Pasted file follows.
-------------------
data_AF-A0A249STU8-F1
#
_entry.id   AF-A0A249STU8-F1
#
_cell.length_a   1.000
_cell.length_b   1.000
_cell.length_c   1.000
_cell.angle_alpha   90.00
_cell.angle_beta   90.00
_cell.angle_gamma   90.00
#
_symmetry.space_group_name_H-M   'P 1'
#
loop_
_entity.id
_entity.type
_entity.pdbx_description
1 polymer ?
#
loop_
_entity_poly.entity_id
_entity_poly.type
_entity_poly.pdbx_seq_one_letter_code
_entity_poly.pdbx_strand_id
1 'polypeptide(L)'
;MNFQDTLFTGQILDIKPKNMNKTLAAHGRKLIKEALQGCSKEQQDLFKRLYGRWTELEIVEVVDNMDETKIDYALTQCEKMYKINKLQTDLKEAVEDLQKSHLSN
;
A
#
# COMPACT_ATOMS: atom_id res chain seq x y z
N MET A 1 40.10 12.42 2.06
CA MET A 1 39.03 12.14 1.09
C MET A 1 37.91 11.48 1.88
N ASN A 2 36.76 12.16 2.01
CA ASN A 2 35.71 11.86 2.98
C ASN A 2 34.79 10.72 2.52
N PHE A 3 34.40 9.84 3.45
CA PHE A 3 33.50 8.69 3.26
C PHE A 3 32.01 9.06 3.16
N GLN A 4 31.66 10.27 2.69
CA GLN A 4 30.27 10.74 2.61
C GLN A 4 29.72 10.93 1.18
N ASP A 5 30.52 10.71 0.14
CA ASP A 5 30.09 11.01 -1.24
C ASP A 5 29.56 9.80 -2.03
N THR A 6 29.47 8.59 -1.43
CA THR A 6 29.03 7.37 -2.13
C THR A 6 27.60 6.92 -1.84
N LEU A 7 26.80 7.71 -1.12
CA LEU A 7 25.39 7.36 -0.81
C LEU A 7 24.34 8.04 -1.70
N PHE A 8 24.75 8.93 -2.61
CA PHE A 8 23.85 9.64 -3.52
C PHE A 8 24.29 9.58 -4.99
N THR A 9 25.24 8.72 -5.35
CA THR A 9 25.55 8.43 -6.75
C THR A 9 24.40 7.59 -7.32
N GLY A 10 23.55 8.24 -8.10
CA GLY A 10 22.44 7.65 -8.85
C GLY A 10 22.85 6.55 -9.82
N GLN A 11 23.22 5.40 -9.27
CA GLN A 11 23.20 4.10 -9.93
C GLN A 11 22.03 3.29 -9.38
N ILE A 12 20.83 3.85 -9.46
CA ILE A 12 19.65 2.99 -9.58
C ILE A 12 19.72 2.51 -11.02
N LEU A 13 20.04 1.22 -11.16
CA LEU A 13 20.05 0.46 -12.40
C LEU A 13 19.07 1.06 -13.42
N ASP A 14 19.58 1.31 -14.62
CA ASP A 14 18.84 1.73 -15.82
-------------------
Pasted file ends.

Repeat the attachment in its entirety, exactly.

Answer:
data_AF-A0A249STU8-F1
#
_entry.id   AF-A0A249STU8-F1
#
_cell.length_a   1.000
_cell.length_b   1.000
_cell.length_c   1.000
_cell.angle_alpha   90.00
_cell.angle_beta   90.00
_cell.angle_gamma   90.00
#
_symmetry.space_group_name_H-M   'P 1'
#
loop_
_entity.id
_entity.type
_entity.pdbx_description
1 polymer ?
#
loop_
_entity_poly.entity_id
_entity_poly.type
_entity_poly.pdbx_seq_one_letter_code
_entity_poly.pdbx_strand_id
1 'polypeptide(L)'
;MNFQDTLFTGQILDIKPKNMNKTLAAHGRKLIKEALQGCSKEQQDLFKRLYGRWTELEIVEVVDNMDETKIDYALTQCEKMYKINKLQTDLKEAVEDLQKSHLSN
;
A
#
# COMPACT_ATOMS: atom_id res chain seq x y z
N MET A 1 40.10 12.42 2.06
CA MET A 1 39.03 12.14 1.09
C MET A 1 37.91 11.48 1.88
N ASN A 2 36.76 12.16 2.01
CA ASN A 2 35.71 11.86 2.98
C ASN A 2 34.79 10.72 2.52
N PHE A 3 34.40 9.84 3.45
CA PHE A 3 33.50 8.69 3.26
C PHE A 3 32.01 9.06 3.16
N GLN A 4 31.66 10.27 2.69
CA GLN A 4 30.27 10.74 2.61
C GLN A 4 29.72 10.93 1.18
N ASP A 5 30.52 10.71 0.14
CA ASP A 5 30.09 11.01 -1.24
C ASP A 5 29.56 9.80 -2.03
N THR A 6 29.47 8.59 -1.43
CA THR A 6 29.03 7.37 -2.13
C THR A 6 27.60 6.92 -1.84
N LEU A 7 26.80 7.71 -1.12
CA LEU A 7 25.39 7.36 -0.81
C LEU A 7 24.34 8.04 -1.70
N PHE A 8 24.75 8.93 -2.61
CA PHE A 8 23.85 9.64 -3.52
C PHE A 8 24.29 9.58 -4.99
N THR A 9 25.24 8.72 -5.35
CA THR A 9 25.55 8.43 -6.75
C THR A 9 24.40 7.59 -7.32
N GLY A 10 23.55 8.24 -8.10
CA GLY A 10 22.44 7.65 -8.85
C GLY A 10 22.85 6.55 -9.82
N GLN A 11 23.22 5.40 -9.27
CA GLN A 11 23.20 4.10 -9.93
C GLN A 11 22.03 3.29 -9.38
N ILE A 12 20.83 3.85 -9.46
CA ILE A 12 19.65 2.99 -9.58
C ILE A 12 19.72 2.51 -11.02
N LEU A 13 20.04 1.22 -11.16
CA LEU A 13 20.05 0.46 -12.40
C LEU A 13 19.07 1.06 -13.42
N ASP A 14 19.58 1.31 -14.62
CA ASP A 14 18.84 1.73 -15.82